Assessing how much notice of termination a particular employee is entitled to is a challenge most employers would like to avoid. As those of you who deal with the issue on a regular basis know, employment standards legislation sets out the minimum amount of notice, but it will almost never be sufficient unless the employee has an enforceable contract that limits them to the statutory amounts. In most cases, the common law will require that an employer provide “reasonable notice”, and though there are many myths, there are no easy ways to determine what is reasonable.
For decades, the leading case with respect to assessing notice of dismissal has been Bardal v. Globe and Mail Ltd., in which Chief Justice McRuer set out the factors that a court should take into account in determining what constitutes reasonable notice of dismissal. He stated as follows:
There can be no catalogue laid down as to what is reasonable notice in particular classes of cases. The reasonableness of the notice must be decided with reference to each particular case, having regard to the character of the employment, the length of service of the servant, the age of the servant and the availability of similar employment, having regard to the experience, training and qualifications of the servant.”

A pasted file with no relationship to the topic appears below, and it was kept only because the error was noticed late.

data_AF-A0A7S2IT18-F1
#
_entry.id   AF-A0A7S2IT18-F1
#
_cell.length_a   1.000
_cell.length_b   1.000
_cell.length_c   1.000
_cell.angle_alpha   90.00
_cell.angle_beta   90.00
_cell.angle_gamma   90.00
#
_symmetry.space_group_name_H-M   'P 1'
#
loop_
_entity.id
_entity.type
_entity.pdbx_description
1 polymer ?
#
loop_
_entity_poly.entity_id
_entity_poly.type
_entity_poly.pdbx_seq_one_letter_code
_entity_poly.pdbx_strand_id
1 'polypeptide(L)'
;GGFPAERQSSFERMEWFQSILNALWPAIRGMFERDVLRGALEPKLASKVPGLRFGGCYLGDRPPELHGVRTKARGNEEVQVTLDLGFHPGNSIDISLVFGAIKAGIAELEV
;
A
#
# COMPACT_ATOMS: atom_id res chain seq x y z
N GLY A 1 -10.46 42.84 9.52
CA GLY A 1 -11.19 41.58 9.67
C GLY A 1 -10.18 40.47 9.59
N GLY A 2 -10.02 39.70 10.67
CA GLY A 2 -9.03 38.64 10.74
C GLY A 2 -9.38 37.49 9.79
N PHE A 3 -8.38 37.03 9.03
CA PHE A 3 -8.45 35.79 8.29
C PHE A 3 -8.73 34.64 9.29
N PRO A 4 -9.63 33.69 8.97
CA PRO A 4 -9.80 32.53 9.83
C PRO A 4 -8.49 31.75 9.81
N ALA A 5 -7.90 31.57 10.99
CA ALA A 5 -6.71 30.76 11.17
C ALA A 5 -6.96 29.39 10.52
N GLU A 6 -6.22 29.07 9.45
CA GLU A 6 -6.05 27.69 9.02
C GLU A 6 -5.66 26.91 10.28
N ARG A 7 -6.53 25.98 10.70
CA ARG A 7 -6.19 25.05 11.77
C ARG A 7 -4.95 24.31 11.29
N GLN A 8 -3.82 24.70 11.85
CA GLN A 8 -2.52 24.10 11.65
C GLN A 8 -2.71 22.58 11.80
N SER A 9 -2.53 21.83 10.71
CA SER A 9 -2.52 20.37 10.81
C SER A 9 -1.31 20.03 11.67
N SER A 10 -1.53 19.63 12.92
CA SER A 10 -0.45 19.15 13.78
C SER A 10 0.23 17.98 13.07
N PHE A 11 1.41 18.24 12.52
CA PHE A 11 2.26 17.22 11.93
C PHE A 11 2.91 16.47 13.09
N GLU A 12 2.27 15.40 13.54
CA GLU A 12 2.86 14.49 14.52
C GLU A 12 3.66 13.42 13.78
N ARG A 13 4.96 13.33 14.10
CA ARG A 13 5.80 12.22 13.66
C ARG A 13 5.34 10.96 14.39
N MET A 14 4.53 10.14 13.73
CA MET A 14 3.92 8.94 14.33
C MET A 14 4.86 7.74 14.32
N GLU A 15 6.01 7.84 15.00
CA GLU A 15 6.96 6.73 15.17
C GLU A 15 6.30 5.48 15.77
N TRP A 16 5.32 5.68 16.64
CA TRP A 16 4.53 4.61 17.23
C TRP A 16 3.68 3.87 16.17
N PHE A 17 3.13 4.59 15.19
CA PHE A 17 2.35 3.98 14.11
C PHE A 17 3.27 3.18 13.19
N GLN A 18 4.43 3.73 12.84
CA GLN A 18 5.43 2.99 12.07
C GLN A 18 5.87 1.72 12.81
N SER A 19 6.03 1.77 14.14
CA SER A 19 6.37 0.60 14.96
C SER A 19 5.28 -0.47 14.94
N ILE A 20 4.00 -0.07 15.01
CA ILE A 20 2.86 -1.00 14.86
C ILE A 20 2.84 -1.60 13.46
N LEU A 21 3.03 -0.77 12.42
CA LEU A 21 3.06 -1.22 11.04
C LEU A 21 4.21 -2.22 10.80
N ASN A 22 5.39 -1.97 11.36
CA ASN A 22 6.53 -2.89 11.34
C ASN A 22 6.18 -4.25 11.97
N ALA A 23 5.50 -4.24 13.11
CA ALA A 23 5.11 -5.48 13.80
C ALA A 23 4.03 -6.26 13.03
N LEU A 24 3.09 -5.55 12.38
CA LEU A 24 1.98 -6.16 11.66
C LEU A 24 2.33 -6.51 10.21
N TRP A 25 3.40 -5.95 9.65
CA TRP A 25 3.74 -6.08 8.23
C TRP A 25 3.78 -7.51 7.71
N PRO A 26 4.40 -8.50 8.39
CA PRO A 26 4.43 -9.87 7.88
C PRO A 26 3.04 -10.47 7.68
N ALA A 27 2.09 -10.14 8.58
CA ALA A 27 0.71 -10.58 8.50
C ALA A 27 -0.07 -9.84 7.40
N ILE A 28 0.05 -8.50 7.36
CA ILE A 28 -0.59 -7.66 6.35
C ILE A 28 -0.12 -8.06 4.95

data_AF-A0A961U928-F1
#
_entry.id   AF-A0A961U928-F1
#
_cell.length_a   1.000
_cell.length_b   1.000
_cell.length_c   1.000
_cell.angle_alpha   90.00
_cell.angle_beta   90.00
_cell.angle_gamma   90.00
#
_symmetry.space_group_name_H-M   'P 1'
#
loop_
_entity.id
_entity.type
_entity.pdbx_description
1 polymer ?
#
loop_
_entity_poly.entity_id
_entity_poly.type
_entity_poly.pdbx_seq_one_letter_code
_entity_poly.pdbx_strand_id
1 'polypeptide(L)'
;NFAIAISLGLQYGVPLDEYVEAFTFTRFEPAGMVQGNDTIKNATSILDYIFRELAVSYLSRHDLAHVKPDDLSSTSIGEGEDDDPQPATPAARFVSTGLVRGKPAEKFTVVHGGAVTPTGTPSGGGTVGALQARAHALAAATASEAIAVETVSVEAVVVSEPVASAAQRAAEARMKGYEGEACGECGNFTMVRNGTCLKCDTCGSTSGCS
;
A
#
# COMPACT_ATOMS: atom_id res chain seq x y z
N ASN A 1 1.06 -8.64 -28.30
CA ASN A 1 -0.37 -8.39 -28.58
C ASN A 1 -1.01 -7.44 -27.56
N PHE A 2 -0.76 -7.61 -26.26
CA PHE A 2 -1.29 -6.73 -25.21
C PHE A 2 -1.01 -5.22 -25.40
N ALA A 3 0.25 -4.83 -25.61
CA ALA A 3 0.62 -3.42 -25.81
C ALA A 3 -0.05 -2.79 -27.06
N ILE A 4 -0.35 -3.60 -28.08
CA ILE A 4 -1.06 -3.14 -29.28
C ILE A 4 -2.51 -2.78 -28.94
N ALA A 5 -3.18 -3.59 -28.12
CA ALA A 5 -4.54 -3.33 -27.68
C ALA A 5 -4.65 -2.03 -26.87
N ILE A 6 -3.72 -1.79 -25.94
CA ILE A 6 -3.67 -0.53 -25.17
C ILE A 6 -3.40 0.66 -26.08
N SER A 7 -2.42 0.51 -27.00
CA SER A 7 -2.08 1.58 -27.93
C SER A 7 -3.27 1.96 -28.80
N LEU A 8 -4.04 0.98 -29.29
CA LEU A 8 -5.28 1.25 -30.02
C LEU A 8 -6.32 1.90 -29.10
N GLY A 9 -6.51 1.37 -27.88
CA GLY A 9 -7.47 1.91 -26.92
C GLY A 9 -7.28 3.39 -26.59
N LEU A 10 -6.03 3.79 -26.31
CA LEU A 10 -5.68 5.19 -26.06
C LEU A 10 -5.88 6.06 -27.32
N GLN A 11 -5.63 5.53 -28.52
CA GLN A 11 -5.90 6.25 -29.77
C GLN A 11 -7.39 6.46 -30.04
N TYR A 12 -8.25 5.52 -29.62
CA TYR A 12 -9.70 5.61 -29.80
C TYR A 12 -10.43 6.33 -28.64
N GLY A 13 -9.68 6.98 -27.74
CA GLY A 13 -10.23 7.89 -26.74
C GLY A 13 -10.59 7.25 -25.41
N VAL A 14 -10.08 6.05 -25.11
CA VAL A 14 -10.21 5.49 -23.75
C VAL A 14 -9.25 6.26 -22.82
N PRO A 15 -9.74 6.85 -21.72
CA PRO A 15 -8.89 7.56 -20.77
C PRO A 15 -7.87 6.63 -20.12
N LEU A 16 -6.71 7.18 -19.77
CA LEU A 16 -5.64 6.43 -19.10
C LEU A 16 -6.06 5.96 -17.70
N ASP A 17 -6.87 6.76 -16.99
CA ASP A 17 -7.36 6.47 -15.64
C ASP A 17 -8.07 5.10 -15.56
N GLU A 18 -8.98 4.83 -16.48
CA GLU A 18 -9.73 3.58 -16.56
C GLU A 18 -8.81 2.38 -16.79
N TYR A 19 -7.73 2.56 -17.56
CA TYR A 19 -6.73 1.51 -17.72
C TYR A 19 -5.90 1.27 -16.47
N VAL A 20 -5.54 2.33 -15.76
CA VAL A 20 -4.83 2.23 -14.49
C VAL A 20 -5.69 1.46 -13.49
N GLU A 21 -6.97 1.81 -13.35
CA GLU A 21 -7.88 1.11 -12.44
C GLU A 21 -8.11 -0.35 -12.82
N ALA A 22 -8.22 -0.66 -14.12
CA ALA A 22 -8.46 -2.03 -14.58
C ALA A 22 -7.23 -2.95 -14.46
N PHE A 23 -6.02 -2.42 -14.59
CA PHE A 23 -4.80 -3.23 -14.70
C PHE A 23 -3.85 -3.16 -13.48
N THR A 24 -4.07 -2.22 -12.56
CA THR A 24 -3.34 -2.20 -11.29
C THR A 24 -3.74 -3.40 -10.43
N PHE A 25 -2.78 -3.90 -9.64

Since then, our courts have made it clear that the factors enumerated in Bardal, being
- the character of the employment,
- the length of service of the employee,
- the age of the employee, and
- the availability of similar employment, having regard to the experience, training and qualifications of the employee,
are not exhaustive. Dozens of other factors have been considered; perhaps the most common is inducement, which will serve to extend the notice period when an employee is lured away from secure employment.
Our courts have also consistently rejected any form of simple calculation, as they all tend to focus solely on the employee’s length of service. Statistical evidence confirms that myths such as the “rule of thumb” of one month of notice for every year of service are just that: myths. Notice periods have been significantly impacted by age and position; considering only an employee’s length of service is inconsistent with the case law.